Classicists, then, but for that matter anyone interested in eighteenth century European social history will find The Volcano Lover a good read and its main characters and setting intriguing, but to conclude I want to call your attention to the novel’s Ottawa connection — tenuous admittedly, but, yes, there is a connection.  In its summer 2016 exhibition the National Gallery of Canada featured Elisabeth Louise Vigée Le Brun (1755-1842), the most prominent female painter of her day, according to the Gallery, and portraitist to Marie Antoinette.  Among Vigée Le Brun’s works was a painting of Lady Hamilton, which depicted Emma as the Cumaean Sibyl (1792).  Fanciful as this rendering may be, it is historically accurate.  While in Naples Emma often entertained her and Sir William’s guests with what she called her “attitudes” (tableaux vivants) for which, suitably costumed, she would strike poses to evoke images from classical myth.3  These “attitudes” doubtless formed the basis for this painting of Emma by Vigée Le Brun, done no doubt in connection with a visit she paid them in Naples. The visit is catalogued in The Volcano Lover.4

1 She changed her childhood name of Amy Lyon to Emma Hart.
2 For that matter is the author possibly alluding to Nelson in the title itself, not as a volcano (but a volcanic) lover? Though Nelson was roughly half Hamilton’s age and only in his mid-thirties when he and Emma met  (she was twenty-eight and not long married to Hamilton), war had taken its toll on him.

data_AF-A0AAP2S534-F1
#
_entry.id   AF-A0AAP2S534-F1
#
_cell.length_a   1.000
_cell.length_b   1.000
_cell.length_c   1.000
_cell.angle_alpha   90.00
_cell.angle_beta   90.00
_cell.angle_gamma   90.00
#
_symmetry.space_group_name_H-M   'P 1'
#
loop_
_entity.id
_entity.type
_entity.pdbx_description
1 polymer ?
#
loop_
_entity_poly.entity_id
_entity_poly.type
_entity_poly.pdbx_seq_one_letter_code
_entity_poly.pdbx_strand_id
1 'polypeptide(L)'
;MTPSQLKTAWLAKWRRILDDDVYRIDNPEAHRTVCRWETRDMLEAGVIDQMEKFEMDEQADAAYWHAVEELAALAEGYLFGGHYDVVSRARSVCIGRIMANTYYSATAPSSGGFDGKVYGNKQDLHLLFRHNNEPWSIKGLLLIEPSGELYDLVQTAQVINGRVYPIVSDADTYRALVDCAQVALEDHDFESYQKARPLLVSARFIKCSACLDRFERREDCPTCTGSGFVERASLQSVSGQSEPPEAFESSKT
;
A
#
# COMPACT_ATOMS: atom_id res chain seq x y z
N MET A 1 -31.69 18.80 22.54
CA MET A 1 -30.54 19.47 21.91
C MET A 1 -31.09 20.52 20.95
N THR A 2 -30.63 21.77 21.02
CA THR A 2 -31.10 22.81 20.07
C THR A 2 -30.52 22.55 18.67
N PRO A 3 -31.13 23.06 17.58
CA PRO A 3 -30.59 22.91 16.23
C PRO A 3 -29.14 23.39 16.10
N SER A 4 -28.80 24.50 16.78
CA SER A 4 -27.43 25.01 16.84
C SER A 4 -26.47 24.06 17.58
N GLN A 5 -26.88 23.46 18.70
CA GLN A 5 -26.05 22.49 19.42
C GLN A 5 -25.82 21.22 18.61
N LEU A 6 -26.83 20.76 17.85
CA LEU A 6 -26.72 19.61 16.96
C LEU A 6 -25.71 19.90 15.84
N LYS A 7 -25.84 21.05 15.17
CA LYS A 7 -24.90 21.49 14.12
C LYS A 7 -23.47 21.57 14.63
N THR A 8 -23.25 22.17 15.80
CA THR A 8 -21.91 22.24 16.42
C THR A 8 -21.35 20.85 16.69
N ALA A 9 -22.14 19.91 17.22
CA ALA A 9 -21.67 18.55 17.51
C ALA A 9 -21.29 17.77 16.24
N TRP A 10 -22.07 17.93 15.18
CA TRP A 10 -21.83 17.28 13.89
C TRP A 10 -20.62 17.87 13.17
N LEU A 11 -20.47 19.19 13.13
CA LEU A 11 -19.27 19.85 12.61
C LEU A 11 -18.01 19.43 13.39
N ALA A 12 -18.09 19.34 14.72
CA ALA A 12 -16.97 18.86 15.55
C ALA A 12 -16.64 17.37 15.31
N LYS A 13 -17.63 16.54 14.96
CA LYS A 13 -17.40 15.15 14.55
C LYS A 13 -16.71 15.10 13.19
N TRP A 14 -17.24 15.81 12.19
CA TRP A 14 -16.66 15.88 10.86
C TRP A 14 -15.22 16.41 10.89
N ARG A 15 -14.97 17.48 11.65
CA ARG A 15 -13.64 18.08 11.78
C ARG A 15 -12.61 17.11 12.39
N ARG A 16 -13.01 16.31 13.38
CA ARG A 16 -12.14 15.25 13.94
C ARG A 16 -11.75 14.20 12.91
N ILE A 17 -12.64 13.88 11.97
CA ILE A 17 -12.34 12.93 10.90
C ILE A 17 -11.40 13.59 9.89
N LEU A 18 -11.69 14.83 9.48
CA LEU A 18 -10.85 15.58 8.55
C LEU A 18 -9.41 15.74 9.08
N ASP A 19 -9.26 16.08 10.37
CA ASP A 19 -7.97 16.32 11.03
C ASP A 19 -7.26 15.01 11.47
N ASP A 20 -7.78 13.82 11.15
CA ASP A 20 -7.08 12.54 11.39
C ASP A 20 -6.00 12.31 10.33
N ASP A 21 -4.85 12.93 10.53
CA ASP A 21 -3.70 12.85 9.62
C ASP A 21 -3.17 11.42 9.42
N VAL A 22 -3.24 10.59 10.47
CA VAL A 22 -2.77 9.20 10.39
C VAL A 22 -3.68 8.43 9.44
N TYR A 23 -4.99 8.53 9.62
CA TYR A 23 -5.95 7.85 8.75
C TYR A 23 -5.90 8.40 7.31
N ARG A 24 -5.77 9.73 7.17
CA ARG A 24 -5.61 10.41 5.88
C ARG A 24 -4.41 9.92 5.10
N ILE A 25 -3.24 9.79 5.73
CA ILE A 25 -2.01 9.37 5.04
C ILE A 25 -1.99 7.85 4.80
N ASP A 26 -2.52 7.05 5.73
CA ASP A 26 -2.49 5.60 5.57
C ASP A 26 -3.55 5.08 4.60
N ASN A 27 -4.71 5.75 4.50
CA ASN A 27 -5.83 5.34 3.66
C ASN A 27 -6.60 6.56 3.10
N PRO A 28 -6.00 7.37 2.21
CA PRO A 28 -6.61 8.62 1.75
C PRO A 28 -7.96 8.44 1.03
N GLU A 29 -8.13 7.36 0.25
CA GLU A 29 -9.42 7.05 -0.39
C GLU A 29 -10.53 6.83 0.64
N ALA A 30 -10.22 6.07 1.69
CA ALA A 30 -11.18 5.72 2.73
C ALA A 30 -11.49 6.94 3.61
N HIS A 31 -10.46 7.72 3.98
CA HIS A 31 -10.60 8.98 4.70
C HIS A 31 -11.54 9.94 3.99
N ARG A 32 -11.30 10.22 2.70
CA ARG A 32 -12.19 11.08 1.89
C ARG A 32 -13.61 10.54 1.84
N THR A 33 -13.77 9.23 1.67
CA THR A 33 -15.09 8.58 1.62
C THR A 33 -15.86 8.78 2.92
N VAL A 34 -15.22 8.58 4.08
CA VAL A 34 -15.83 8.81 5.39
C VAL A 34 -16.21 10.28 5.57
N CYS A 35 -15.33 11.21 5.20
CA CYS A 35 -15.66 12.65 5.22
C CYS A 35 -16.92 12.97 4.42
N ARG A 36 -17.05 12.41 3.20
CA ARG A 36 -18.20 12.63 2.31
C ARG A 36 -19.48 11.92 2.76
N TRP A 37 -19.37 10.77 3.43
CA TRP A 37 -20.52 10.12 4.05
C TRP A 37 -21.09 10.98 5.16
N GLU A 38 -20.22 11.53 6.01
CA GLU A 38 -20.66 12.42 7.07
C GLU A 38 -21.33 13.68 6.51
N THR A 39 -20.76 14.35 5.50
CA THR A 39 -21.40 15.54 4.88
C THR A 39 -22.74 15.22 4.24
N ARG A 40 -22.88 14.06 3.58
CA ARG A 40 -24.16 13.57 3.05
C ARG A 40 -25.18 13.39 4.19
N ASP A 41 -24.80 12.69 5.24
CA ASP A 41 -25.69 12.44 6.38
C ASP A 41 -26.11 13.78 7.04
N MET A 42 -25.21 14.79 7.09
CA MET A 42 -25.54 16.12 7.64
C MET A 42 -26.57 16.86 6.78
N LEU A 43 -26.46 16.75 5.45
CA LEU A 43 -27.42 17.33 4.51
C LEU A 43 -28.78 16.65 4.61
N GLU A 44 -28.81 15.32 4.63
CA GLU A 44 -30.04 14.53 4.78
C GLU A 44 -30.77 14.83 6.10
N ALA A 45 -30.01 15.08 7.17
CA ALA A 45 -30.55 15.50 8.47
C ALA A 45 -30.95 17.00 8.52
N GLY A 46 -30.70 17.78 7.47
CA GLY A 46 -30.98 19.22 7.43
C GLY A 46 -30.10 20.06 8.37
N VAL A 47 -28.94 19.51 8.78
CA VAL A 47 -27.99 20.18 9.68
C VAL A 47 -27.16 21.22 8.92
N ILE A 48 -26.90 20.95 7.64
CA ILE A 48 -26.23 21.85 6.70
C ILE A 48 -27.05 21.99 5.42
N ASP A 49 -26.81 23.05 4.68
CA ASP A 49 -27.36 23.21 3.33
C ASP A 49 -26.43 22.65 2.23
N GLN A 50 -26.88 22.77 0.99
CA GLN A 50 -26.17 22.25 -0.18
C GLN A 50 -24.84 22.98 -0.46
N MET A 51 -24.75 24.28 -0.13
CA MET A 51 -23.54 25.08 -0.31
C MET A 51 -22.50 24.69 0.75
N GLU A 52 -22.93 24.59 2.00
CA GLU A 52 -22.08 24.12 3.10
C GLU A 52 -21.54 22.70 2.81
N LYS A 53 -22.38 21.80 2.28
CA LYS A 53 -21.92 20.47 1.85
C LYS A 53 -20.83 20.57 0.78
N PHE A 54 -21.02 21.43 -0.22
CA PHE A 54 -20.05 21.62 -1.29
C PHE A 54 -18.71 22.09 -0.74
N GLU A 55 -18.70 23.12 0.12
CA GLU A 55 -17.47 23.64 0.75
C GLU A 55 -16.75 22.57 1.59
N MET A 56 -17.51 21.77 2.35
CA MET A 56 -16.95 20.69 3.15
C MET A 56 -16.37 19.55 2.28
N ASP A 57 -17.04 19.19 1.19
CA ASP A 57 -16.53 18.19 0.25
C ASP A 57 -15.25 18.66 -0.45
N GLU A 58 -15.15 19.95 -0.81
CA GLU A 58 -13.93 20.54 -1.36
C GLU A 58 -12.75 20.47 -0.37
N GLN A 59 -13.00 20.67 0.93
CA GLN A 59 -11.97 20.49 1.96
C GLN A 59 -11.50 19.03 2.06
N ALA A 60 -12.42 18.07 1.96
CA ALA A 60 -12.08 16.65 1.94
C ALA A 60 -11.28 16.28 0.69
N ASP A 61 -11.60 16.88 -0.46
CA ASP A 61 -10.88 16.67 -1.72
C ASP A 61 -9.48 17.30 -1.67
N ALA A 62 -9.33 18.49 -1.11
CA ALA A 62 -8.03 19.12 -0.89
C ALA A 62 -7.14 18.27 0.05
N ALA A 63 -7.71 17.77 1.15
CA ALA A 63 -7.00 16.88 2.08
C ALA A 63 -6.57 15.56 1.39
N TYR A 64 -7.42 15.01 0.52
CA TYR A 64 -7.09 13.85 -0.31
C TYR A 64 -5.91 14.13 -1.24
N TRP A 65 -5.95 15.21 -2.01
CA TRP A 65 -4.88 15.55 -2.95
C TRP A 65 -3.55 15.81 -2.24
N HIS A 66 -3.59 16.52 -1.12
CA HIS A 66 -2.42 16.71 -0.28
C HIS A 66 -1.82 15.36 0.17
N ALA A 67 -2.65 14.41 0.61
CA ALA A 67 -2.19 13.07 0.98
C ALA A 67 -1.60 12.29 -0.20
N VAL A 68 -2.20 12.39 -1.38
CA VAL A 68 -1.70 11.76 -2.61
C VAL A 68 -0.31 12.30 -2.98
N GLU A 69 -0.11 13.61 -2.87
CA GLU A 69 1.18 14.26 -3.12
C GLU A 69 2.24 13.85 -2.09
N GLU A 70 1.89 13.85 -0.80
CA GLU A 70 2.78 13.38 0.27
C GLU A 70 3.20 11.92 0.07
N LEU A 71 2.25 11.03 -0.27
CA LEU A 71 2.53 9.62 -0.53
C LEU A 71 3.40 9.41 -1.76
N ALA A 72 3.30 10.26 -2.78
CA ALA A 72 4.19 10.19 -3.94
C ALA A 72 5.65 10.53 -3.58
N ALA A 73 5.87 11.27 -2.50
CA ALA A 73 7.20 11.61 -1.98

3 In connection with an exhibition devoted to Emma Hamilton (November 2016 – April 2017), the Royal Museums Greenwich included among the essays about her “Emma Hamilton: The Lady with Attitudes” (
4 P. 164 f., cf. p. 173.

Some new books for the Book Case:

  • An Odyssey. A Father, A Son, and An Epic by Daniel Mendelsohn (2017)
  • Lost and Found: The 9,000 Treasures of Troy.  Heinrich Schliemann and the Gold That Got Away by Caroline Moorehead (Penguin 1994)
  • Pagan Holiday. On the Trail of Ancient Roman Tourists by Tony Perrottet (2002)
  • Women and Power: A Manifesto by Mary Beard (2017) (Mary Beard will be the focus of Beer’s Blog in the next newsletter.)
  • Travels with Herodotus by Ryszard Kapuściński.  Translated from the Polish by Klara Glowczewska (2007)

As a young correspondent for a Polish newspaper, the author begins his career in India and travels from place to place, all the while carrying with him a copy of Herodotus’ Histories, and this ancient writer becomes his constant companion. Kapuscinski writes (p. 270):  “There were times when journeys into the past appealed to me more than my present-day journeys as correspondent and reporter.”

I invite you to review any of these books for our FGRS readers (or those listed in Joy’s Bookcase in the last newsletter) for the next edition.